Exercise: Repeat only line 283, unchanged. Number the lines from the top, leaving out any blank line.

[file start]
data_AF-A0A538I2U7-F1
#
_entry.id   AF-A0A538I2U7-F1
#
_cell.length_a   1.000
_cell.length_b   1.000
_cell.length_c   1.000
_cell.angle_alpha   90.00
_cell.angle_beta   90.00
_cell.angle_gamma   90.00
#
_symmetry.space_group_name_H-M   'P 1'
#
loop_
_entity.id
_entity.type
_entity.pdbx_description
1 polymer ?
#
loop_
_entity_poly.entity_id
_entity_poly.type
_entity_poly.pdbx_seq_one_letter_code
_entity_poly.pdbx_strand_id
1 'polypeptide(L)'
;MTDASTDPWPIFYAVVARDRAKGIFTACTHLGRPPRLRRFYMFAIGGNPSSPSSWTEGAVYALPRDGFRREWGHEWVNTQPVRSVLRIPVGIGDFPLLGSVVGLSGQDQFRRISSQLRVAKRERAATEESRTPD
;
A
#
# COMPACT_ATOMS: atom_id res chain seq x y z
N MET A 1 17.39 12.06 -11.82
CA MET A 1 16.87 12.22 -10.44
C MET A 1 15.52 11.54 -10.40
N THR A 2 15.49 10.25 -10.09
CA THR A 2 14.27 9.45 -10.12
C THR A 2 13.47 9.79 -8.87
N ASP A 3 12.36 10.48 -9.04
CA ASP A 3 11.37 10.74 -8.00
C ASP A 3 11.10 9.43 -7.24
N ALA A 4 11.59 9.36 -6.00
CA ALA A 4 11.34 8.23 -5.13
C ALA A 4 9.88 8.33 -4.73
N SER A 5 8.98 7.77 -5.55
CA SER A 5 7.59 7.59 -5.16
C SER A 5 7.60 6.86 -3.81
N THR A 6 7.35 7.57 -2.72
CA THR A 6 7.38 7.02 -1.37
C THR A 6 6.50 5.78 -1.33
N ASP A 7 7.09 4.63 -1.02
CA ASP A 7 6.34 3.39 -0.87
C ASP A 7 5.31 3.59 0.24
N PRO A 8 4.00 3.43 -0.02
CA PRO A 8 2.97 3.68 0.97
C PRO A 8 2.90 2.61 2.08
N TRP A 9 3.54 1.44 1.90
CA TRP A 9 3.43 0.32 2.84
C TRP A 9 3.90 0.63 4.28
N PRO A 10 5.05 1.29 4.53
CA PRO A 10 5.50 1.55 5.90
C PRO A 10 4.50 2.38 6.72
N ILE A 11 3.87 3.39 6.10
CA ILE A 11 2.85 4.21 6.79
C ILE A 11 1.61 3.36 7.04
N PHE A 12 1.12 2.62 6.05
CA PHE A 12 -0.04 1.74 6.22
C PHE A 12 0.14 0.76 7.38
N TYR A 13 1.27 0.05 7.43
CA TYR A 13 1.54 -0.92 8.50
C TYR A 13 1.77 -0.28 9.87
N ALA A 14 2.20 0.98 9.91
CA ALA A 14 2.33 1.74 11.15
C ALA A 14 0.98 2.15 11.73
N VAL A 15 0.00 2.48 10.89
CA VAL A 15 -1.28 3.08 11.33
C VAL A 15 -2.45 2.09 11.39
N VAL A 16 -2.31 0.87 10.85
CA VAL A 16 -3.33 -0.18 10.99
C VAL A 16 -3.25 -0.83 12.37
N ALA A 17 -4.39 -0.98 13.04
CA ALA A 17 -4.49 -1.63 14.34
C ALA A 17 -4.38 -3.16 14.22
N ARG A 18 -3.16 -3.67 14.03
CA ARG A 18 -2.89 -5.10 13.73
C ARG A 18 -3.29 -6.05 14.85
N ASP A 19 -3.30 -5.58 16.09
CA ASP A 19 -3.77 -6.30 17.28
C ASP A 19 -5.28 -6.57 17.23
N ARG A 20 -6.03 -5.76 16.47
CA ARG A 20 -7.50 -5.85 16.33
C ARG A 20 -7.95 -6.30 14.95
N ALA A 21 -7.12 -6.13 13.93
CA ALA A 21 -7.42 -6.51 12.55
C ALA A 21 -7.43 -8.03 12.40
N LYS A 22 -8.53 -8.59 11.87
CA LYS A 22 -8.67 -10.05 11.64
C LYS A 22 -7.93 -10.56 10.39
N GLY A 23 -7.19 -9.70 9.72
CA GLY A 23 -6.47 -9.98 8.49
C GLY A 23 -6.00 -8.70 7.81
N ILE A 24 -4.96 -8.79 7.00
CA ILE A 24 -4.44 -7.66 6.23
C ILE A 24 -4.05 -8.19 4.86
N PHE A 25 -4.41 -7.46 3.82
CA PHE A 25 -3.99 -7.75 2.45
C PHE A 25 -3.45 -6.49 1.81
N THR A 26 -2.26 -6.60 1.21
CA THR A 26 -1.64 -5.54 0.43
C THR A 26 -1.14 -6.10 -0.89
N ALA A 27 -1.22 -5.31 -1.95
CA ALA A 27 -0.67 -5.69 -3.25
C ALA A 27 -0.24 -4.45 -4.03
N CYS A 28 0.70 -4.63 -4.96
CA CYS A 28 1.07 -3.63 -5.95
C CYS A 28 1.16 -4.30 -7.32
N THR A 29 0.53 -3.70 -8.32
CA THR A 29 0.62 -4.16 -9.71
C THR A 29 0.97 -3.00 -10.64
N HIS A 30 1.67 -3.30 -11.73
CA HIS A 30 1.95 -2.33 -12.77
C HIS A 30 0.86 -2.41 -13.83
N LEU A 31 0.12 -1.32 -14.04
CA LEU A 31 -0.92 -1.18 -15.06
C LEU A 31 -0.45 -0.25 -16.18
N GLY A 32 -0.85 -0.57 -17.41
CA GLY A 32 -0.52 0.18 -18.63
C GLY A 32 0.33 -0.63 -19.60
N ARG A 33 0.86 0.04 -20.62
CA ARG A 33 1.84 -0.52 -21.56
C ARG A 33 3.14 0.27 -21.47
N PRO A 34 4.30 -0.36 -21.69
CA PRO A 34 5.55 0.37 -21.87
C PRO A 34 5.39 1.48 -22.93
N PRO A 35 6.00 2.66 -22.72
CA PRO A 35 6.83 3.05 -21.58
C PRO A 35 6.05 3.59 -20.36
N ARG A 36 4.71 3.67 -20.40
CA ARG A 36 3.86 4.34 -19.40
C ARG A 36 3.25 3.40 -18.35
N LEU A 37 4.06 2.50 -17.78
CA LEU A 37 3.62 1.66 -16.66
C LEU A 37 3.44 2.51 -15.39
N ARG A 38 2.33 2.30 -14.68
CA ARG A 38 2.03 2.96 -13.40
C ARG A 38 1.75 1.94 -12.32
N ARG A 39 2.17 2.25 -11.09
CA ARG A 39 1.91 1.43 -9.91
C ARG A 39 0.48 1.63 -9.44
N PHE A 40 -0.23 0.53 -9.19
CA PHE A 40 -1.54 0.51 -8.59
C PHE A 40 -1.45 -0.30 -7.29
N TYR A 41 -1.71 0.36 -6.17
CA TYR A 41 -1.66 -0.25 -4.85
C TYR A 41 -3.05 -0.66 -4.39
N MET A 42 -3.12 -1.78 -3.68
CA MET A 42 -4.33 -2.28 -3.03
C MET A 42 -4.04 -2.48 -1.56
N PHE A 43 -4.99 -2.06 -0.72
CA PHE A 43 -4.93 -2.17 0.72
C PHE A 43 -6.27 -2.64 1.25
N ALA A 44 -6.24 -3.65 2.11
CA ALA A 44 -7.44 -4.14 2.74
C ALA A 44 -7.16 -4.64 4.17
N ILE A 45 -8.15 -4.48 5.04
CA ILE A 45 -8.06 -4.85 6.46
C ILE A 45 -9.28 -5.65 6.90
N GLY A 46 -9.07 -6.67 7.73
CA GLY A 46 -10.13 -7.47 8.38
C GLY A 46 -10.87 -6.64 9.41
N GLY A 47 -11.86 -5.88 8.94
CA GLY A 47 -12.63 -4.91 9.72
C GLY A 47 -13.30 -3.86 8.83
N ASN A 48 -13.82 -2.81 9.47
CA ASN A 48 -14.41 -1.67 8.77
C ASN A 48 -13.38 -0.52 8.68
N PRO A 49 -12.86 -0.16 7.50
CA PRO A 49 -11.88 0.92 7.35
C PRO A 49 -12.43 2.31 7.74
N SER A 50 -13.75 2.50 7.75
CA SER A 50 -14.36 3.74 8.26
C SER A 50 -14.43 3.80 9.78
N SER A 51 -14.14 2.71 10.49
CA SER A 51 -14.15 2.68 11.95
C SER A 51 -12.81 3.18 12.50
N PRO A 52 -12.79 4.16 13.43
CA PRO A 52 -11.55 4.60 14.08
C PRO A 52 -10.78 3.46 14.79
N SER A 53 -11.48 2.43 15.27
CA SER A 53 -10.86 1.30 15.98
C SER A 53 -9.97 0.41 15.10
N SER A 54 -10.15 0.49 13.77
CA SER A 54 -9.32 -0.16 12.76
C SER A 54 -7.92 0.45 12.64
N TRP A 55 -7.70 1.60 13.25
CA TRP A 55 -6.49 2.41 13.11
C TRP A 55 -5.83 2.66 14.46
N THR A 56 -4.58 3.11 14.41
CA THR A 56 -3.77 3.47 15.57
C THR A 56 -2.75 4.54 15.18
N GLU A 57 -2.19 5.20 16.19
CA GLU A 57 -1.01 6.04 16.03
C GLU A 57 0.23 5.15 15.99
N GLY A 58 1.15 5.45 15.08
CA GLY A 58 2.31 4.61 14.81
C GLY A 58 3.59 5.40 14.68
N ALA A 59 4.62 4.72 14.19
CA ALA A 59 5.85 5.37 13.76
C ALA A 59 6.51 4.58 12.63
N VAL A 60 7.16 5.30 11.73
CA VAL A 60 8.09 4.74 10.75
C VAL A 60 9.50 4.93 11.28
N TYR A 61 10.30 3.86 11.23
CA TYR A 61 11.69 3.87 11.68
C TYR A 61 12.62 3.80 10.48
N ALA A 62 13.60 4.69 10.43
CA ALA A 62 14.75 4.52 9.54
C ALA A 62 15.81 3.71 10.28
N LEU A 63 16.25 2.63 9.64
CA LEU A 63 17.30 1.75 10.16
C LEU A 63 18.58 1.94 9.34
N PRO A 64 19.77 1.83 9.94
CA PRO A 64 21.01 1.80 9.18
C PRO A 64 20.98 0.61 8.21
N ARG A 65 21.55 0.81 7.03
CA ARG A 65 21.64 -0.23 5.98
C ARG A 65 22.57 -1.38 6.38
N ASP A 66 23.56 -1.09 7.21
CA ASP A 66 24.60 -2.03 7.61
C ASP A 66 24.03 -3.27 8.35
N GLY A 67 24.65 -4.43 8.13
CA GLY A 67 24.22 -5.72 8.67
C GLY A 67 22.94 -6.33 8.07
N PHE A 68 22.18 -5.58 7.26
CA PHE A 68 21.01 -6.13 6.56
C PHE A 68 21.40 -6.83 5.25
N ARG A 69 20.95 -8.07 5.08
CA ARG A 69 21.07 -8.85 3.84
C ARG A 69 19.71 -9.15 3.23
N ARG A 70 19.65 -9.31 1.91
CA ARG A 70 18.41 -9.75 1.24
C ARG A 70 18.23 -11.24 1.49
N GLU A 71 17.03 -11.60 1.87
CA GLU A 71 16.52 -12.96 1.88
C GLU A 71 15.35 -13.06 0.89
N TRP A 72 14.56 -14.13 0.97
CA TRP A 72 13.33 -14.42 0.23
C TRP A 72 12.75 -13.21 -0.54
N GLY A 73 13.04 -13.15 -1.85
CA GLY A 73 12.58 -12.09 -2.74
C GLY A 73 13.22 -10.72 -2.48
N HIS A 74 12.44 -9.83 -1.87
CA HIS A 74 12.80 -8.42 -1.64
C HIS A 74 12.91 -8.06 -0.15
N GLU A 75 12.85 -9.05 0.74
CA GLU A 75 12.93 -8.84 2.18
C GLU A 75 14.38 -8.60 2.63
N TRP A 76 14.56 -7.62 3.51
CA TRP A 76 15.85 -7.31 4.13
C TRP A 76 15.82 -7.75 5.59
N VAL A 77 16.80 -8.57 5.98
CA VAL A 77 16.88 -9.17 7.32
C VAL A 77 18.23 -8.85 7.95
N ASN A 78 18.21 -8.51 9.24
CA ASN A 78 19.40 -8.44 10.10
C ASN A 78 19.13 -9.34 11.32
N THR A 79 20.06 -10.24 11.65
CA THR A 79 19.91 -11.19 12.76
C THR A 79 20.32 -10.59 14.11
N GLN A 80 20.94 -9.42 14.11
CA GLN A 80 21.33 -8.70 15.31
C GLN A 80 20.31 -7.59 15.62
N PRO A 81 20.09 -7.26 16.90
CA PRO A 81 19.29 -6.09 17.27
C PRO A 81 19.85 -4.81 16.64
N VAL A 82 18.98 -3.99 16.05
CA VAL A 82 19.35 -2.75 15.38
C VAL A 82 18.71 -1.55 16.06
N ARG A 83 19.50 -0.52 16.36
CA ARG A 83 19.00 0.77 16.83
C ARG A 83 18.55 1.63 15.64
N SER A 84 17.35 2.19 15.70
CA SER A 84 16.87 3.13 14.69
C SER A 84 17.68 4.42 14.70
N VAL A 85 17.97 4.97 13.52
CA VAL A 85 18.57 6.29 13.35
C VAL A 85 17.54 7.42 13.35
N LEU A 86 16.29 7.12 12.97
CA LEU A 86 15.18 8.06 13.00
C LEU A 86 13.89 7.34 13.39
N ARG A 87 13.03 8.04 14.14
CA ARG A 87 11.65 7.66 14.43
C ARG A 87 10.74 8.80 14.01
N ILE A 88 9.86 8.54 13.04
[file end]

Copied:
N VAL A 85 17.97 4.97 13.52